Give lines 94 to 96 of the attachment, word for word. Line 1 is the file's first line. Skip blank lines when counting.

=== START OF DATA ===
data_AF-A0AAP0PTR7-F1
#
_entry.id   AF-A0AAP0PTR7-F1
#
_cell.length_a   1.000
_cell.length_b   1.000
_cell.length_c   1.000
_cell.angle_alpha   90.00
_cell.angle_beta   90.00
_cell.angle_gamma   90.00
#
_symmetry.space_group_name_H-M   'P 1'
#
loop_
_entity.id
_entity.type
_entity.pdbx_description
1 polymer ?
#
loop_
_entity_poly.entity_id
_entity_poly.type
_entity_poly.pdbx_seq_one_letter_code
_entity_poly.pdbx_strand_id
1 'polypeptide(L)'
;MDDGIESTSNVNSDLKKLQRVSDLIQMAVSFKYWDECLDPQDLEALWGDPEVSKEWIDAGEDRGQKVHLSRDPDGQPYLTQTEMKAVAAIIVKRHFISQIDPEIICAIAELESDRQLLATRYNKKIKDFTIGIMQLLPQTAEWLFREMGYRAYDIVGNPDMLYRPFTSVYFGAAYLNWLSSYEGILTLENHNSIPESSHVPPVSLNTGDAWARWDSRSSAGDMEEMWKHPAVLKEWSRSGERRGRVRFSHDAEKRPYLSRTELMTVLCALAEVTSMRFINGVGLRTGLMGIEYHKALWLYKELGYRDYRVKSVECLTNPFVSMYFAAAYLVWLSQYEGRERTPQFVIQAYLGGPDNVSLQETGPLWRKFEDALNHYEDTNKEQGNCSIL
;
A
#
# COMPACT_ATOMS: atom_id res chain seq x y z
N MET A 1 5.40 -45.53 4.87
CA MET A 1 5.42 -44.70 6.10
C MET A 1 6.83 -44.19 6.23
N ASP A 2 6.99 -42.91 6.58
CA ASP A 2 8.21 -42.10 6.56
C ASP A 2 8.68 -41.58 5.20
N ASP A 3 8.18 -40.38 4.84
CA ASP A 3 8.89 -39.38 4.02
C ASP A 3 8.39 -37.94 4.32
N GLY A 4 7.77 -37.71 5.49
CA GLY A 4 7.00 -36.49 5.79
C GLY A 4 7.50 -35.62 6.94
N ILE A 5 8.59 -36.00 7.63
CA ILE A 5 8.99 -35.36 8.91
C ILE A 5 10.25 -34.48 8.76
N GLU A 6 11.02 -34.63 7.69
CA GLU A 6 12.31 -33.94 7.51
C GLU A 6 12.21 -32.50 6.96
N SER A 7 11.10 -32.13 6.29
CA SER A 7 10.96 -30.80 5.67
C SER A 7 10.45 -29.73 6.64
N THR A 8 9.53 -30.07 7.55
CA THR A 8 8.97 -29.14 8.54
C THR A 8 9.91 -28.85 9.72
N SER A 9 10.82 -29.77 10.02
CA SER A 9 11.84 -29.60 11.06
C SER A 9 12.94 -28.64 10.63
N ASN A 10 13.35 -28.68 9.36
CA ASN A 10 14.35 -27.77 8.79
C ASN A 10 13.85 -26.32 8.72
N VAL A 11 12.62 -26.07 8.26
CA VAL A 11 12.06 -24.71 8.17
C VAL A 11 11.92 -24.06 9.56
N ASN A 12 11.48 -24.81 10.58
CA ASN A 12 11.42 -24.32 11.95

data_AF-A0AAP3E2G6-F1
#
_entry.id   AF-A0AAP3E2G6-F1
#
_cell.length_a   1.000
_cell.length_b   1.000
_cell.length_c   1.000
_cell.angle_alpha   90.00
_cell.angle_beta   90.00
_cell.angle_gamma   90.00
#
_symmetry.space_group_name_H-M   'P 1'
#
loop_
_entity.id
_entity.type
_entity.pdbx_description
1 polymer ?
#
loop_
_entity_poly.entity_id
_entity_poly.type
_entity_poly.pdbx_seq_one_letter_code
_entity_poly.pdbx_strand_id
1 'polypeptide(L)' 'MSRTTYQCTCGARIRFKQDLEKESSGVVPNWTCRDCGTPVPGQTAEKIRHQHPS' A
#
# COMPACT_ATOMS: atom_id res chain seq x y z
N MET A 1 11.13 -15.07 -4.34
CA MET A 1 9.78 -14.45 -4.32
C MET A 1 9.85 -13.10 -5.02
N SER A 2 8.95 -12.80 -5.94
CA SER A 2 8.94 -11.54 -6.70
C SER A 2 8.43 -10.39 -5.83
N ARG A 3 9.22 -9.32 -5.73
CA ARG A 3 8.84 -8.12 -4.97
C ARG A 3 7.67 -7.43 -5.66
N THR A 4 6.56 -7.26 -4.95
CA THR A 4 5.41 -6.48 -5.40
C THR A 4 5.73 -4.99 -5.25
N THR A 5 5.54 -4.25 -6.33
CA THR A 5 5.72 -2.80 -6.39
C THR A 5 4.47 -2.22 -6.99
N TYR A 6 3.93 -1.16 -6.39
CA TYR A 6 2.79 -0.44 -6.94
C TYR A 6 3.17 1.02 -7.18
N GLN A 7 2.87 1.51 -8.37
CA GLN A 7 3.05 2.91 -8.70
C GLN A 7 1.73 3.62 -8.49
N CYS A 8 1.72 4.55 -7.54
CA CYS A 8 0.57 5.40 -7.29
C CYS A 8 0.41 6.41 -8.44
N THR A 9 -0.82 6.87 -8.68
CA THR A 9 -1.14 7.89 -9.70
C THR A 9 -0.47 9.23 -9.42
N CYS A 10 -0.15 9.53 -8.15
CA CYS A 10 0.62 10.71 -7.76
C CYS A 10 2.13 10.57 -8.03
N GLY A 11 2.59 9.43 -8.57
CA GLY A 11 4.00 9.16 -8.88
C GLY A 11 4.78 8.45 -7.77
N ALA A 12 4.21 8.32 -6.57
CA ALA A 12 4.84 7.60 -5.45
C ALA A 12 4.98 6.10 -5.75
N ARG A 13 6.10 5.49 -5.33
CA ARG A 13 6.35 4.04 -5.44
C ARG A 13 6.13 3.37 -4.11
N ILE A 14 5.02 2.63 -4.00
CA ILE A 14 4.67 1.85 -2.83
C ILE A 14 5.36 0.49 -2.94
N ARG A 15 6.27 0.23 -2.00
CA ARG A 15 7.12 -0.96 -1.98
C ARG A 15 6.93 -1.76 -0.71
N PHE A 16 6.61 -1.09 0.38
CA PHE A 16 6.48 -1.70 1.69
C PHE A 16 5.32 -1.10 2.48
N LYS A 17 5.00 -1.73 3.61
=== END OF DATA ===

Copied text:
CA MET A 1 9.78 -14.45 -4.32
C MET A 1 9.85 -13.10 -5.02
N SER A 2 8.95 -12.80 -5.94